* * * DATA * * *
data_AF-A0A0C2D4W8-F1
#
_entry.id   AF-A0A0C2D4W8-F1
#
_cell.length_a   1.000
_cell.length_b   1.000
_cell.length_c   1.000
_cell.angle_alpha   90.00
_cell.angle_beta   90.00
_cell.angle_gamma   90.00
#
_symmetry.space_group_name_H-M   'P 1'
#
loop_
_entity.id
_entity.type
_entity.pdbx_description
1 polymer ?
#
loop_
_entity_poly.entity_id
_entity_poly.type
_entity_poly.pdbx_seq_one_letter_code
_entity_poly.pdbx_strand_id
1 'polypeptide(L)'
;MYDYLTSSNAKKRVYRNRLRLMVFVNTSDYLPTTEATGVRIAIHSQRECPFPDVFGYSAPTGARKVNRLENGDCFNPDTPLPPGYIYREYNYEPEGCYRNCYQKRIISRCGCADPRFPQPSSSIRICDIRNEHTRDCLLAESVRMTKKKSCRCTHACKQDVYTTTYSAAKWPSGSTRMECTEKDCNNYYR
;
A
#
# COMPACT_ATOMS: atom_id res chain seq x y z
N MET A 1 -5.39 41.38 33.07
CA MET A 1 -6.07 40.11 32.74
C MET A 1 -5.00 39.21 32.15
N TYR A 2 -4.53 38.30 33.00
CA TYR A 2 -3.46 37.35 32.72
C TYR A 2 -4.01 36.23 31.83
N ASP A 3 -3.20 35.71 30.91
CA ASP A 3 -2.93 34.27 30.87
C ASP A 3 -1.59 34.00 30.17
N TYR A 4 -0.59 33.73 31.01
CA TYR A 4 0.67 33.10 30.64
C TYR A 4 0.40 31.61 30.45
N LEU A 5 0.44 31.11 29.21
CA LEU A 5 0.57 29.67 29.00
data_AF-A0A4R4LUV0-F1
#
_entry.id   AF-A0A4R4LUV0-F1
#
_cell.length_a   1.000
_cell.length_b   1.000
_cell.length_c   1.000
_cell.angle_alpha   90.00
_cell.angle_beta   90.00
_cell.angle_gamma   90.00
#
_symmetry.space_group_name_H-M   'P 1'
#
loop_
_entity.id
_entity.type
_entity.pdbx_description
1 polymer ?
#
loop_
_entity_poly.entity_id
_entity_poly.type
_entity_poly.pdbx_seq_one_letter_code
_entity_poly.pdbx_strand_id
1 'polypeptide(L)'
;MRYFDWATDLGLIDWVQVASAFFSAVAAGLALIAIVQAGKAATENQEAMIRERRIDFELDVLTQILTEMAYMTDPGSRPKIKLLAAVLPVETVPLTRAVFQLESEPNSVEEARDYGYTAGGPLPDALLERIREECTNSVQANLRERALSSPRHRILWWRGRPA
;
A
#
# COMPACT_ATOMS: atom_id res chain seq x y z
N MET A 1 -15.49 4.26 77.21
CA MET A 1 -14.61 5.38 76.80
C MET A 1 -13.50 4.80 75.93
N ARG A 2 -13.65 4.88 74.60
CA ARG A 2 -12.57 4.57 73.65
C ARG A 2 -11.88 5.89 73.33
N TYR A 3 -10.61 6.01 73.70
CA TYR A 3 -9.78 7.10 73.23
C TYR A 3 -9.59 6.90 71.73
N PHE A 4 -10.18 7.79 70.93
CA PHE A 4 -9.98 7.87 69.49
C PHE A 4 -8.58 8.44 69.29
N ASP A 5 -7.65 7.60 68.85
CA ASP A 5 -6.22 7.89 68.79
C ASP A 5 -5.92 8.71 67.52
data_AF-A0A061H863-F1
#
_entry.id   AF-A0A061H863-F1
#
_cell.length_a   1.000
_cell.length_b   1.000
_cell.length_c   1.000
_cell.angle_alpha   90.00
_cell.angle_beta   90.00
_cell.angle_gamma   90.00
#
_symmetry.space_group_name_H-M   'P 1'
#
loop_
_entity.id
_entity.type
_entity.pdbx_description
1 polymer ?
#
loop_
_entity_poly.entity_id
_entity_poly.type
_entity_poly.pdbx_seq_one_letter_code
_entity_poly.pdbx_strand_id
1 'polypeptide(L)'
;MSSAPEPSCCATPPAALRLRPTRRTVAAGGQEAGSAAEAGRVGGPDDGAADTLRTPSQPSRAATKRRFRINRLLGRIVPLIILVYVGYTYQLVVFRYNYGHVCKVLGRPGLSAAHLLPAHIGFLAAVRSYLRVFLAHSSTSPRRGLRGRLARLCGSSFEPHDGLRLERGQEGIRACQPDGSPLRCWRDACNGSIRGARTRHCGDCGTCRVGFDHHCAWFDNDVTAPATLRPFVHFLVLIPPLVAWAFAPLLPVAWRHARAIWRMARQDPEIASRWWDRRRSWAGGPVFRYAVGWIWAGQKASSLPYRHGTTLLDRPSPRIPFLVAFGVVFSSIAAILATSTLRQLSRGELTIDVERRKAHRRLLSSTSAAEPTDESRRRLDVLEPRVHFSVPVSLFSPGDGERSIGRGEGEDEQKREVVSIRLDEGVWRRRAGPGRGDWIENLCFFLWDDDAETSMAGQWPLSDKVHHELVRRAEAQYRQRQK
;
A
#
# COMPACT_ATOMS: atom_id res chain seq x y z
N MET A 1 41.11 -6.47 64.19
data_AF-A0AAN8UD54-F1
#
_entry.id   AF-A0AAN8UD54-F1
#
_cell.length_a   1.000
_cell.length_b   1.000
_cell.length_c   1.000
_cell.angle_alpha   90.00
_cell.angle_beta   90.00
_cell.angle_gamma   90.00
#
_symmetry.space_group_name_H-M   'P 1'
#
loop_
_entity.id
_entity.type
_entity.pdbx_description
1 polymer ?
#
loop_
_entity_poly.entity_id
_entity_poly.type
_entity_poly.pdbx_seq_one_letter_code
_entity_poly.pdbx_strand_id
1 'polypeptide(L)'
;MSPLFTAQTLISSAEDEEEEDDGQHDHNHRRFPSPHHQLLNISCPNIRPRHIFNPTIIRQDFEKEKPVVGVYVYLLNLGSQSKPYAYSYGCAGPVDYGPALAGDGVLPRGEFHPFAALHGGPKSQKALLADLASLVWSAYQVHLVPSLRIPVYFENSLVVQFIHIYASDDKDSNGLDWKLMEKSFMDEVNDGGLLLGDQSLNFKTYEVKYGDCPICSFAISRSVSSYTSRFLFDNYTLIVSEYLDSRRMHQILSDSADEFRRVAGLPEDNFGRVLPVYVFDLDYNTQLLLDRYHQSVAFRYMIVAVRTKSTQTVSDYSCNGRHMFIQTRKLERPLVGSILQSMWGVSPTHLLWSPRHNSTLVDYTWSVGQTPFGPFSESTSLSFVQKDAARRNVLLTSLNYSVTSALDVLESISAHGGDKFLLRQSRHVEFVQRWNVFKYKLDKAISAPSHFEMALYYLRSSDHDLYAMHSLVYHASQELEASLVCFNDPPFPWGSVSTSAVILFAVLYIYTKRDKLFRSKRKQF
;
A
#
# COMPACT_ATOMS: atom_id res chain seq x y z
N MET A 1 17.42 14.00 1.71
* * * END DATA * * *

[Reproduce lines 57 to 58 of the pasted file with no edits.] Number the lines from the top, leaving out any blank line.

#
loop_